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EXAMPLE 8.

3-1: Performance of a Cross-Flow Heat Exchanger (revisited)


The cross-flow heat exchanger investigated in EXAMPLE 8.1-1 and EXAMPLE 8.1-2 is used to H = heat air with hot water. Water enters the heat exchanger tubing with a mass flow rate, m 0.03 kg/s and temperature, TH,in = 60C. Air at TC,in = 20C and atmospheric pressure is blown  = 0.06 m3/s. The conductance of this across the heat exchanger with a volumetric flowrate of V C heat exchanger has been calculated using several different techniques in Section 8.1; the best estimate of the conductance is UA = 58.4 W/K, based on the compact heat exchanger correlations. a.) Determine the outlet temperatures of the water and air and the heat transfer rate using the NTU method. This is exactly the same problem that was solved in EXAMPLE 8.2-1 using the log-mean temperature difference method. Recall that the use of the LMTD method was not convenient and required a series of steps related to setting proper guess values and limits. Solving this problem using the -NTU method will provide a clear comparison of these heat exchanger solution methods. The known information is entered in EES:
"EXAMPLE 8.3-1: Performance of a Cross-Flow Heat Exchanger (revisited)" $UnitSystem SI MASS RAD PA K J $Tabstops 0.2 0.4 0.6 3.5 in "Inputs" V_dot_C=0.06 [m^3/s] p=1 [atm]*convert(atm,Pa) T_C_in=convertTemp(C,K,20 [C]) T_H_in=convertTemp(C,K,60 [C]) m_dot_H=0.03 [kg/s] UA = 58.4 [W/K]

"volumetric flow rate of air" "atmospheric pressure" "inlet air temperature" "inlet water temperature" "water flow rate" "conductance (from EXAMPLE 8.1-2)"

The density of air (C) is calculated at the inlet condition and used to compute the air-side mass flow rate:

  C = C V m C
rho_C=density(Air,T=T_C_in,P=p) m_dot_C=rho_C*V_dot_C "density of air" "air mass flow rate"

The specific heat capacities of the air and the water should be evaluated at the average of the inlet and outlet temperatures for each fluid stream. However, these temperatures are not yet known. Reasonable values for TC,out and TH,out are assumed so that the problem can be solved sequentially; these values will be adjusted based on the solution.
T_C_out=convertTemp(C,K,25 [C]) T_H_out=convertTemp(C,K,50 [C]) "guess for the cold stream exit temp." "guess for the hot stream exit temp."

The specific heat capacities are evaluated at the average of the inlet and outlet temperatures:
c_C=cP(Air,T=(T_C_in+T_C_out)/2) c_H=cP(Water,T=(T_H_in+T_H_out)/2,P=p) "specific heat capacity of air" "specific heat capacity of water"

The capacitance rates of the fluids are calculated:

 =m  C cC C C

 =m  H cH C H
C_dot_C=m_dot_C*c_C C_dot_H=m_dot_H*c_H "capacitance rate of the air" "capacitance rate of the water"

 and C  ) are evaluated using the MIN and The minimum and maximum capacitance rates ( C min max MAX commands in EES:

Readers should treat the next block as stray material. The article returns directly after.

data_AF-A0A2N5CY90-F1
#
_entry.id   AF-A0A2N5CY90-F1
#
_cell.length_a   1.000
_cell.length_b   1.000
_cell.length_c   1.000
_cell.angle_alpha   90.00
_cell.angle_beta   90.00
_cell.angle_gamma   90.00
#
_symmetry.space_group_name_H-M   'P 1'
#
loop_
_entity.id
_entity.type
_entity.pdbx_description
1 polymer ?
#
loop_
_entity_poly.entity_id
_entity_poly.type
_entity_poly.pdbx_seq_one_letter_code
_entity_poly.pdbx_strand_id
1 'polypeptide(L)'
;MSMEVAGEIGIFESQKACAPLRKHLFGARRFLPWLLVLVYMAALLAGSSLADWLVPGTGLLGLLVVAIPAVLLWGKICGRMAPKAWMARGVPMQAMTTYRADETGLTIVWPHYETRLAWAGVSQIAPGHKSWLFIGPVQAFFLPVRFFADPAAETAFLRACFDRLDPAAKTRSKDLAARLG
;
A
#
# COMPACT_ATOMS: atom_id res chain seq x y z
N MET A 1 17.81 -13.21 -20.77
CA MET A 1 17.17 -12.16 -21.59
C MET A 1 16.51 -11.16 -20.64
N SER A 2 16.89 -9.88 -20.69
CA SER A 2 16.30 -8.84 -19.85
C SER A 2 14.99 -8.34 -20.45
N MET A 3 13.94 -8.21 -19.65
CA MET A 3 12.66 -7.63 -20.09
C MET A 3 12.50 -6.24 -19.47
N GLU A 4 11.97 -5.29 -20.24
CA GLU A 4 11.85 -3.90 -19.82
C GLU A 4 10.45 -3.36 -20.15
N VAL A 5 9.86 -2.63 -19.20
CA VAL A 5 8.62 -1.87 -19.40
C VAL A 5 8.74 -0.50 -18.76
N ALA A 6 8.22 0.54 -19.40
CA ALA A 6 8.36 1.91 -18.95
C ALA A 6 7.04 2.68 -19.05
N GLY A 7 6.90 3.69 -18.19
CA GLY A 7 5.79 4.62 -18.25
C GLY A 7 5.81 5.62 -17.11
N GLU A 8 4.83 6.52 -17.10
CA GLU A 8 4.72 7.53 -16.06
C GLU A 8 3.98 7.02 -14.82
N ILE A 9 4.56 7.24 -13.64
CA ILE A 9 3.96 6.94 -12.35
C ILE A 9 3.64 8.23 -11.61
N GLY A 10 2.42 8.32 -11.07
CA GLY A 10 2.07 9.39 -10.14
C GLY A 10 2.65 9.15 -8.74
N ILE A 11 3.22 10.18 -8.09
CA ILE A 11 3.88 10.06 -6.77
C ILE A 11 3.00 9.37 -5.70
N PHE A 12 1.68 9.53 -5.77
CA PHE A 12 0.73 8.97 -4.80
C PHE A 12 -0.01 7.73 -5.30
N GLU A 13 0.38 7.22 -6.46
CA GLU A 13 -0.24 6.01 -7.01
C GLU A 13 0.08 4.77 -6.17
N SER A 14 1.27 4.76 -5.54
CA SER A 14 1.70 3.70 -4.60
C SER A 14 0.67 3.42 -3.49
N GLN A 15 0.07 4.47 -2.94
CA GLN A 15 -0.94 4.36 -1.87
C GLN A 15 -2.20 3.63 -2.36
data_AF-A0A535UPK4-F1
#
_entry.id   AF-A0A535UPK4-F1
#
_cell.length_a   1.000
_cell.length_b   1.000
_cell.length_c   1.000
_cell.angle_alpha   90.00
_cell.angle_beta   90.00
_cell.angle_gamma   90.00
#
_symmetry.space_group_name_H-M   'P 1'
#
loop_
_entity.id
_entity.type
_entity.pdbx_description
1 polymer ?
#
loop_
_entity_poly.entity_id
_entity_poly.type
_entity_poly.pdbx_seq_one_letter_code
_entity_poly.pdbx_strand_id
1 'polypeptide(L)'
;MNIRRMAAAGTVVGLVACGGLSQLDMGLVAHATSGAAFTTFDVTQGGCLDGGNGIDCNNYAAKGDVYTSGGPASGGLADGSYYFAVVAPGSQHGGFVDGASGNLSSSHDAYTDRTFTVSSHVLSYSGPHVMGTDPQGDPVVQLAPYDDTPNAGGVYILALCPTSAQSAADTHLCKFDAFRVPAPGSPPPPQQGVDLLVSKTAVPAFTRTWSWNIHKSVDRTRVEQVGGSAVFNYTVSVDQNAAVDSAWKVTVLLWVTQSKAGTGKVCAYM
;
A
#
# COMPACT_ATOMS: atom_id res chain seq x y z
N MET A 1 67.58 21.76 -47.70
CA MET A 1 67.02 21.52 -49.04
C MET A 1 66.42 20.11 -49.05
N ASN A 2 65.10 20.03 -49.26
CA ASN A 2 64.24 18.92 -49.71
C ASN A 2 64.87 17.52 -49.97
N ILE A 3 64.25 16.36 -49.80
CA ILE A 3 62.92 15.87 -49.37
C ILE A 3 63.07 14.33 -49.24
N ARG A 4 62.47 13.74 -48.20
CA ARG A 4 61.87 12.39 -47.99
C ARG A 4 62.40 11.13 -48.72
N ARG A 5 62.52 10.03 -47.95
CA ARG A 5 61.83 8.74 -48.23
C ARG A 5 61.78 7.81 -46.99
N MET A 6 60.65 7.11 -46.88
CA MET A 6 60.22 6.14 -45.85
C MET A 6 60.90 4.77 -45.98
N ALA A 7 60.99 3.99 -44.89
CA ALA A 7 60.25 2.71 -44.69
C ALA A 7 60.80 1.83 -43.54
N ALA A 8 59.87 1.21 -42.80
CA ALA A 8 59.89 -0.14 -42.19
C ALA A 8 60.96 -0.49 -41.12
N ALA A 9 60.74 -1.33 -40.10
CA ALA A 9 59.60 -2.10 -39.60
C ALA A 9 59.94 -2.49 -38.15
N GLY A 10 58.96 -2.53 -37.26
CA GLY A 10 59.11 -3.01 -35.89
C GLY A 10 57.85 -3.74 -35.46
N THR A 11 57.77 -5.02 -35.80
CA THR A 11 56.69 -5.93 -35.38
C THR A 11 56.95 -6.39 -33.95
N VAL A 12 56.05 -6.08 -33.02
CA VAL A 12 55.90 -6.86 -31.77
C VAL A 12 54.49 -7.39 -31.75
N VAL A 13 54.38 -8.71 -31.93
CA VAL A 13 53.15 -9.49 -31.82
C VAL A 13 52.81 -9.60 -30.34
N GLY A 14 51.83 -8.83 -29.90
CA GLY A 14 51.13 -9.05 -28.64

C_dot_min=MIN(C_dot_C,C_dot_H) C_dot_max=MAX(C_dot_C,C_dot_H) "minimum capacitance rate" "maximum capacitance rate"

The number of transfer units is calculated according to:

NTU =
NTU=UA/C_dot_min "number of transfer units"

UA  C

min

The effectiveness () for a cross-flow heat exchanger with both fluids unmixed is obtained by selecting Heat Exchangers from the Function Information window and then NTU -> Effectiveness; scroll to the correct configuration. Paste the function into the Equations Window and then change C_dot_1 to C_dot_H and C_dot_2 to C_dot_C in order to correspond to the variables used in this problem solution. (Note that the order in which you enter the capacity rates does not matter for this heat exchanger, but it would matter if one of the fluids were mixed.)
epsilon=HX('crossflow_both_unmixed', NTU, C_dot_C, C_dot_H, 'epsilon') "access effectiveness-NTU solution"

max ) is computed according to: The maximum possible heat transfer rate ( q

 (T T ) max = C q min H ,in C ,in

 ) is computed according to: and the actual heat transfer rate ( q


 = q max q

q_dot_max=C_dot_min*(T_H_in-T_C_in) q_dot=q_dot_max*epsilon

"maximum possible heat transfer rate" "actual heat transfer rate"

The guess values are updated and the initial, guessed values for the outlet temperatures are commented out:
{T_C_out=convertTemp(C,K,25 [C]) T_H_out=convertTemp(C,K,50 [C]) "guess for the cold stream exit temp." "guess for the hot stream exit temp."}

The outlet temperatures are computed using energy balances:

 q TC ,out = TC ,in +  CC  q TH ,out = TH ,in  CH


T_H_out=T_H_in-q_dot/C_dot_H T_H_out_C=converttemp(K,C,T_H_out) T_C_out=T_C_in+q_dot/C_dot_C T_C_out_C=converttemp(K,C,T_C_out) "hot fluid exit temperature" "in C" "cold fluid exit temperature" "in C"

 = 1371 W with TC,out = 38.9C and TH,out = 49.1C. These results are identical which leads to q to those obtained in EXAMPLE 8.2-1.
Notice that the problem could be solved directly without requiring any attention to the guess values and/or limits. This is the major advantage of the effectiveness-NTU method. Although it is algebraically identical to the LMTD method, it is formulated in a manner that allows direct determination of the heat transfer rate and outlet temperatures when the UA and capacitance rates are known.